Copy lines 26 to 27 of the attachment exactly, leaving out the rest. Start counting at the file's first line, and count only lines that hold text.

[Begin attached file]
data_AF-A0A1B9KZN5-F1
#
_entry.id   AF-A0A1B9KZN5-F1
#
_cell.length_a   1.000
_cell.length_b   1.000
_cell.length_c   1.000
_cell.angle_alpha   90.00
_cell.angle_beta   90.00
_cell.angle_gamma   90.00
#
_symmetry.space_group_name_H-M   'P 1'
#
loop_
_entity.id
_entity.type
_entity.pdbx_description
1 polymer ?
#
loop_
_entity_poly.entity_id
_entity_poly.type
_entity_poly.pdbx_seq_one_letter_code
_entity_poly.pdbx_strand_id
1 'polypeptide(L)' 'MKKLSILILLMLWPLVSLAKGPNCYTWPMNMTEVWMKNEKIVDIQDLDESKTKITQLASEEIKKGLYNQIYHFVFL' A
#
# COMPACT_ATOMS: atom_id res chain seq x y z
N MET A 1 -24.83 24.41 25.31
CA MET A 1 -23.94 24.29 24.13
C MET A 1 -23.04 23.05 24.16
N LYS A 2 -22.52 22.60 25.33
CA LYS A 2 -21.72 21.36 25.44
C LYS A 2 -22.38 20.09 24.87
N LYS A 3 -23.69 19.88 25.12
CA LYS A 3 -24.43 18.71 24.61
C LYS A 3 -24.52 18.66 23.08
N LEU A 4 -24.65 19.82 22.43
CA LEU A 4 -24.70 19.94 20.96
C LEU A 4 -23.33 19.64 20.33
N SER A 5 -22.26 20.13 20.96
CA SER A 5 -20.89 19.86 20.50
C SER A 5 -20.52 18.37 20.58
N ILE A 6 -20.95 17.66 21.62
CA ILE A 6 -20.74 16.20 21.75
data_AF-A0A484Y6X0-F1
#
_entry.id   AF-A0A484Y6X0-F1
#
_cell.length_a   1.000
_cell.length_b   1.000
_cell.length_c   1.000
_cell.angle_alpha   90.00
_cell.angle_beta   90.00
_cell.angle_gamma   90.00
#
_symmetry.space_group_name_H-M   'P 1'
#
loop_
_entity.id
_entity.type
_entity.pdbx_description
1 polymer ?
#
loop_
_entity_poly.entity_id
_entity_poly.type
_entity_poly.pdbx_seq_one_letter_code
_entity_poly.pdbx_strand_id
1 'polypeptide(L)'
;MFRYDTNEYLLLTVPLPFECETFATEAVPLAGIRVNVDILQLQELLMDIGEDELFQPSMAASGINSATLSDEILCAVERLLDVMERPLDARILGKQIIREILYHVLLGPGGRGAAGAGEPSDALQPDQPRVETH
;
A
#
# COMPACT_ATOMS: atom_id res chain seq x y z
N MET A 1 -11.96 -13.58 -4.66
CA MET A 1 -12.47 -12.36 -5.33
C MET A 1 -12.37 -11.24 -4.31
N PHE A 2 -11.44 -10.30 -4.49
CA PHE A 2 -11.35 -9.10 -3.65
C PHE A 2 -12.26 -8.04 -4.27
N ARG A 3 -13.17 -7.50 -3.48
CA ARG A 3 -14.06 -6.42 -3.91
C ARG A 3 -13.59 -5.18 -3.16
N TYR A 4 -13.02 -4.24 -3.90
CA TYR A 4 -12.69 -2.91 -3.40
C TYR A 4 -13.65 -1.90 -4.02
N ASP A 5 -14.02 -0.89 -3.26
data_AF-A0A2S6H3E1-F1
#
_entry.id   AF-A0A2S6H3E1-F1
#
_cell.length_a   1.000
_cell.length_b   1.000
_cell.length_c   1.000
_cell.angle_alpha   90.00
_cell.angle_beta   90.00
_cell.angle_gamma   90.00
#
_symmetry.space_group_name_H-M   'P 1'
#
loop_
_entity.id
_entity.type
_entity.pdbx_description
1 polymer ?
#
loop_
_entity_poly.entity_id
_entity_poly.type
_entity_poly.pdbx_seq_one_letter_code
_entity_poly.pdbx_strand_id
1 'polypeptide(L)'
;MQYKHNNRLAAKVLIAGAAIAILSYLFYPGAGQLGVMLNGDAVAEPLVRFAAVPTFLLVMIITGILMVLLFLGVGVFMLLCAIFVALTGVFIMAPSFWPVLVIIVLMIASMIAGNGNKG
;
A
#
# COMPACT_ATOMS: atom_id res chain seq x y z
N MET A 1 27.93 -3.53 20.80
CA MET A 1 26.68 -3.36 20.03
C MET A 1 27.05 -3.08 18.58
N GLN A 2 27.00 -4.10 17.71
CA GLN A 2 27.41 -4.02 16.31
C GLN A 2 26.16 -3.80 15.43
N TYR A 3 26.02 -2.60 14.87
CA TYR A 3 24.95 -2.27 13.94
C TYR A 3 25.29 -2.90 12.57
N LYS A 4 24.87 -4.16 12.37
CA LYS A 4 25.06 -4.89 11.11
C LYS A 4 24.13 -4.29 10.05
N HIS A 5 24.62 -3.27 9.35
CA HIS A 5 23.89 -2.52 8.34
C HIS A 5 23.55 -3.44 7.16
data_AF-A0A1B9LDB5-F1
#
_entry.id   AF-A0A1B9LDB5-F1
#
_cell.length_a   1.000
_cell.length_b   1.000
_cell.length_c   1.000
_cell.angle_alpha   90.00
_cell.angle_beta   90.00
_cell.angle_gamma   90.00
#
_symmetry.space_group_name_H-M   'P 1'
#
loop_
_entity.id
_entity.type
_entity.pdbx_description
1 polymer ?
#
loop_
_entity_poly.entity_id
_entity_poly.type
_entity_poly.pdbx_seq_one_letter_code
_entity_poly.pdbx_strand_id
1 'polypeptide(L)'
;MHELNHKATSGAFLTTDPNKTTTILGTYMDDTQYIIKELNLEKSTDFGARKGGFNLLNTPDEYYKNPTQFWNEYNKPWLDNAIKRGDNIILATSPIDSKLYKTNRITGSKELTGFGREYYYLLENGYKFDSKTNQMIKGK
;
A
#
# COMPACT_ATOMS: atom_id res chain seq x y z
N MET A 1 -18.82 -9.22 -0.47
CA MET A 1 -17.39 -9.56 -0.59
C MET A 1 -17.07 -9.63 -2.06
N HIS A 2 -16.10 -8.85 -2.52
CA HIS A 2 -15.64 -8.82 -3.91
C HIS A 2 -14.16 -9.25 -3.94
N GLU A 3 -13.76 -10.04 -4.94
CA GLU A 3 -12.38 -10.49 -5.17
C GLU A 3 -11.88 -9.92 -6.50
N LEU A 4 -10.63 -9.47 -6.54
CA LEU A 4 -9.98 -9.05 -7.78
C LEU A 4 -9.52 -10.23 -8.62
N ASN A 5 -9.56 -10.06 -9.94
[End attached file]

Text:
#
# COMPACT_ATOMS: atom_id res chain seq x y z